For my final day in Morocco I ventured a little further afield to experience the semi-desert around 240 km south of Agadir. I met my guide Rachid in the Souss-Massa at Arhbalou shortly after 8:30am and we set off further along the N1. First we drove through the old walled city of Tikrit then through the upland of the Anti-Atlas. As the road ascended the slopes of the latter this (below) was the view northward.
I found the anti-Atlas scenery (above) very pleasing. Its character of rounded hills reminded me of southern Portugal, but the tones here were more golden. And instead of Holm and Cork Oak the trees were mostly Argan, thorny with gnarled trunks and growing up to 10 metres in height. This endemic is mixed in places with tracts of Eucalyptus, introduced by the former French colonists to add life to the desert. South of this upland the flatter land became more arid, then we passed through the military town of Guelmin (or Goulimine). Now it was time to search for some desert birds.
Rachid’s ability to pick out birds in the stony desert landscape was impressive. First he spotted another Black Wheatear, then the first of today’s several Red-rumped Wheatear (lifer), and two raptors Bonelli’s and Booted Eagle. But I evened things up at one stop by self-finding a female Tristram’s Warbler, an extra lifer for the trip. The last named was buzzing about low in some scrub and the pale blue head alerted me to the local equivalent of Dartford Warbler.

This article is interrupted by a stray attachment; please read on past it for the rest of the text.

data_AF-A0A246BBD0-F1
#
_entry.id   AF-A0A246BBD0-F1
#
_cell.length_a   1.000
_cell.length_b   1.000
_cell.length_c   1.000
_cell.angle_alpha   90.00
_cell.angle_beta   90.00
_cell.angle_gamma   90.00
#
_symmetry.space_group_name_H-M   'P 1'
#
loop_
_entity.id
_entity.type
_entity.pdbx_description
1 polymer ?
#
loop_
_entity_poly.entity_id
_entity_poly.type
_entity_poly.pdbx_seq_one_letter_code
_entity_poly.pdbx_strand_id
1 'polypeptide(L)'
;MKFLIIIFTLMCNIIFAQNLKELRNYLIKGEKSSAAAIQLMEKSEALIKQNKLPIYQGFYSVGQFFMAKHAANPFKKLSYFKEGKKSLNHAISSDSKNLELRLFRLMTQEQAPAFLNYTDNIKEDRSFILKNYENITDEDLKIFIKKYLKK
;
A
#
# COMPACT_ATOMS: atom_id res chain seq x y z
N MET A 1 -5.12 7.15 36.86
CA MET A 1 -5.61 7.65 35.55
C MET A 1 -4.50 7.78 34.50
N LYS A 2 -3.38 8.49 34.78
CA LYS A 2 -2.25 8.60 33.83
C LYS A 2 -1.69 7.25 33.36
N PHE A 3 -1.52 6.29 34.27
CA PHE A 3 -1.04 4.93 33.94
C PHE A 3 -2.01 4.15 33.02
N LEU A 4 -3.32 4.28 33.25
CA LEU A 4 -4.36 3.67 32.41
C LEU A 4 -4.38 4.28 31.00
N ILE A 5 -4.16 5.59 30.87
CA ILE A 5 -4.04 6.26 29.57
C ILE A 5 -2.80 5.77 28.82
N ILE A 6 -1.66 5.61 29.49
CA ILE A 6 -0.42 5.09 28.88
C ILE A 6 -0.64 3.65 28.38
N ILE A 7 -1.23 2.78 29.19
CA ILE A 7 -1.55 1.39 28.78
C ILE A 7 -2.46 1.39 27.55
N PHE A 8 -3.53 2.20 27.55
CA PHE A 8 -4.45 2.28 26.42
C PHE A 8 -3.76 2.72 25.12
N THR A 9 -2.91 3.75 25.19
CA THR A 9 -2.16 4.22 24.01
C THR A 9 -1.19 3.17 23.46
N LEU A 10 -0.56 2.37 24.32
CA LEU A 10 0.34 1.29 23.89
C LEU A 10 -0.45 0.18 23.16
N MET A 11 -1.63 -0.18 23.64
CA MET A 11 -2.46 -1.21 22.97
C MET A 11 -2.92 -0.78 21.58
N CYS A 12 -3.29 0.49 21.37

Red-rumped, Morocco’s commonest desert Wheatear at once became my favourite of the genus. I am fond of all Wheatears and have seen quite a few different species abroad now, but the subtle tones of this one seemed particularly attractive. Separating Crested and Thekla Lark in the field was explained to me again today and now I have pictures to refer to. I hope I have got this right: the easiest diagnostic is the Thekla’s smaller, darker bill.
Where river valleys crossed the landscape there were wadis in places, and in one we observed a Great White Egret and a Purple Heron competing languidly for the same space. Lastly we encountered a soaring Long-legged Buzzard, an important lifer because it is missing from my Cyprus list, and that brought the total new birds for this trip to 16. The only inland birds on my wish list to have got away were hence Barbary Falcon as in Fuerteventura, and Tawny Eagle.
Just after 3pm we began the return journey, and wishing to avoid the HGV traffic on the N1 Rachid opted for another route through the Anti-Atlas via the coastal town of Sidi Ifni. Though a longer way around, the scenery along this route was even more pleasing than in the morning. Today aptly demonstrated how laborious it is to cover even one region of Morocco from a single centre, because we were on the road for more than seven hours for around three hours birding. Sensing my unease at having to drive back to Agadir in the dark, Rachid got out near Massa to take a taxi home, and I completed my journey without mishap.